Russia suffered its first default on foreign obligations since 1918, when the Bolsheviks, who had seized power, refused to pay their debts. One hundred years later, the Kremlin regime has once again isolated itself from the world.
This is reported by Reuters.
Formally, Russia defaulted on June 26, when the 30-day grace period to pay $100 million in interest on Eurobonds expired. Prior to that, Russia had struggled to make payments on the $40 billion in bonds since its invasion of Ukraine on Feb. 24. But attempts to avoid default ran into an insurmountable obstacle in late May, when the U.S. Treasury Department's Office of Foreign Assets Control (OFAC) effectively blocked Moscow from making payments.
"We had thought since March that a Russian default was probably inevitable, and the question was when exactly. OFAC stepped in to answer that question for us, and now the default is here," said Dennis Hranicki, head of litigation at law firm Quinn Emanuel.
The sweeping sanctions have effectively cut the country off from the global financial system and made its assets toxic to most investors. The Kremlin has repeatedly said Russia has no reason to default, but it can't send money to bondholders because of the sanctions, accusing the West of trying to drive it into artificial default.
The Russian Finance Ministry said it had made payments to its national settlement depository (NSD) in euros and dollars, claiming it had met its obligations. Sources told Reuters that some Taiwanese bondholders did not receive payments on Monday.
In recent days, Moscow has struggled to find ways to cope with upcoming payments and avoid default.
President Vladimir Putin signed a decree last Wednesday triggering temporary procedures and giving the government 10 days to choose banks to make payments under the new scheme, suggesting that Russia would consider its debt obligations fulfilled when it paid bondholders in rubles.
The overdue OFAC license is not the only obstacle Russia faces, as in early June the European Union imposed sanctions against the NSD, Russia's designated agent for its Eurobonds.
Although a formal default would be largely symbolic, given that Russia cannot currently borrow internationally and does not need to because of its abundant oil and gas export revenues, a default itself would raise its borrowing costs in the future.
Before the invasion of Ukraine, a sovereign default seemed unthinkable because Russia had an investment grade rating shortly before. A default is also unusual because Moscow has the means to service its debt.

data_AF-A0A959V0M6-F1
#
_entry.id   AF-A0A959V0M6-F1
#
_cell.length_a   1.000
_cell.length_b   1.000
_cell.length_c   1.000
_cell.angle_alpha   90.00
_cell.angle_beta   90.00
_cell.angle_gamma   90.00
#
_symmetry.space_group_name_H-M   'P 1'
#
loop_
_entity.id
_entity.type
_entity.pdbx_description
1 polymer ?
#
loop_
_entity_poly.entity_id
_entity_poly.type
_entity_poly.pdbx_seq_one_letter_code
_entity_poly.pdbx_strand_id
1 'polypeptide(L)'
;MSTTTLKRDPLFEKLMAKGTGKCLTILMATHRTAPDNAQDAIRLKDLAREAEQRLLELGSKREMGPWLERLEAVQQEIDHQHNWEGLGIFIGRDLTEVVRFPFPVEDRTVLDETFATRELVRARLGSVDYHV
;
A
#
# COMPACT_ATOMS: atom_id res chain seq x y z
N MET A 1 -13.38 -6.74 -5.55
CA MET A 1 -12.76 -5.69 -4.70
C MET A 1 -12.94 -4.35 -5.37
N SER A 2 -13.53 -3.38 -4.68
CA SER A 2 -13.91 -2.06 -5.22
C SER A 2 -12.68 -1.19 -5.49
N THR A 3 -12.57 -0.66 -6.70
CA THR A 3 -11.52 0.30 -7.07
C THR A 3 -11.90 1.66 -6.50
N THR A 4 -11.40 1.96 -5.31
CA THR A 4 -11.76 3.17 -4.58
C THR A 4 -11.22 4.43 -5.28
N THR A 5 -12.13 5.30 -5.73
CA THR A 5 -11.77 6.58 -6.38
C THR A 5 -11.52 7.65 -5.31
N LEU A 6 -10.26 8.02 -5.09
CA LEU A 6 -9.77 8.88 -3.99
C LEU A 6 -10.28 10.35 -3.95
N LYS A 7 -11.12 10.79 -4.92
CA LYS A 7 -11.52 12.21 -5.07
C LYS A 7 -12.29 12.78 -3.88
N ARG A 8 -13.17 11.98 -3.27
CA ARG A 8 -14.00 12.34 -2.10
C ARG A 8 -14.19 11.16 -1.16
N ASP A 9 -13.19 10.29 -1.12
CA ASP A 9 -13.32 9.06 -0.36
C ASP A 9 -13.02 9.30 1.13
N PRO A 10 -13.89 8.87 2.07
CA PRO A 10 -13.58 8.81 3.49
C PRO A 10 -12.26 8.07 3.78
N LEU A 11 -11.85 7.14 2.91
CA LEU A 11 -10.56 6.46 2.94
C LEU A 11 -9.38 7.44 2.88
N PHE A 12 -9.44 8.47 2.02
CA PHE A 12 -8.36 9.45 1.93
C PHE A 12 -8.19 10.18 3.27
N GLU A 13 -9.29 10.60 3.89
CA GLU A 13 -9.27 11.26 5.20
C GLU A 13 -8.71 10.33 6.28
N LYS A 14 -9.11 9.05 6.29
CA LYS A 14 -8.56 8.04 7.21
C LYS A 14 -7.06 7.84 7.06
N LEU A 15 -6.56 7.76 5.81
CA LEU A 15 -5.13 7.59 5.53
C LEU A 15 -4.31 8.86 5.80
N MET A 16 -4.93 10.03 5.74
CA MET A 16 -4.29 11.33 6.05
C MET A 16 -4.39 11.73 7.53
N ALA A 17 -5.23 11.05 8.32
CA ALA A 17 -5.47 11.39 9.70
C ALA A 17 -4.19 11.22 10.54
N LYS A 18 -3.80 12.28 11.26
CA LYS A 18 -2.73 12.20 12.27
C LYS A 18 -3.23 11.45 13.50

As Vladislav Rashkovan, deputy executive director from Ukraine at the IMF, noted, a default is a severe blow to Russia's image in financial markets, which usually closes the country's access to foreign markets for many years. "Some may say that Russia doesn't have it after the war started. That's true, but the default makes it very difficult for them to return to a civilized financial market even after the war, especially since the world's investment banks, the Big Four rating agencies and auditing companies have also left their market and will not return soon," he added.
According to him, when the stock market infrastructure begins to be restored after the change of regimes in Russia and the payment of post-war reparations to Ukraine, it will take years, and Russia will begin its journey from the junk status of its debt.
Russia has already undergone at least two defaults in its recent history, Rashkovan reminded. First, in 1991, Russia tried to refuse to pay some of the international debts it received after the collapse of the USSR. At that time it was a matter of $100 billion. Russia said that there was no such country as the Soviet Union, so they will not pay the debts. The Paris Club of creditors then forced Russia to recognize some of the debts of the Soviet empire, and in 1996 they restructured the debt.
Against the backdrop of falling world oil prices in 1998, the Russian authorities were no longer able to service their domestic debt. The Russian government was financed by short domestic GKO securities, the yields on which were very high. On August 17, 1998 Russia stopped payments on the domestic debt by 40 billion dollars and devalued the ruble.
But Russia had previously fulfilled its external financial obligations. Now this is the first default of Russia's foreign debt since February 1918. Russia's debt then can be estimated at $500 billion in 2020 prices.
Meanwhile, the Kremlin does not agree with the claims that Russia is in default on foreign currency debt obligations.
This is reported by Interfax.
When asked by reporters whether the Kremlin agrees with the statements about a default in Russia, presidential spokesman Dmitry Peskov said: "No, we don't agree."
On Monday, a 30-day grace period passed during which Russia had to resolve the issue of coupon payments on the Russia-2026 and Russia-2036 issues.
For months, Russia had been looking for ways to circumvent the penalties imposed after the Kremlin's invasion of Ukraine. But at the end of the day on Sunday, the grace period for interest payments of $100 million until May 27 ended, which is considered a de facto default if payment is missed.
Recall that the head of the European Commission, Ursula von der Leyen, said that Russia's national default is only a matter of time, as European sanctions against Russia are penetrating deeper into the country's economy with each passing week.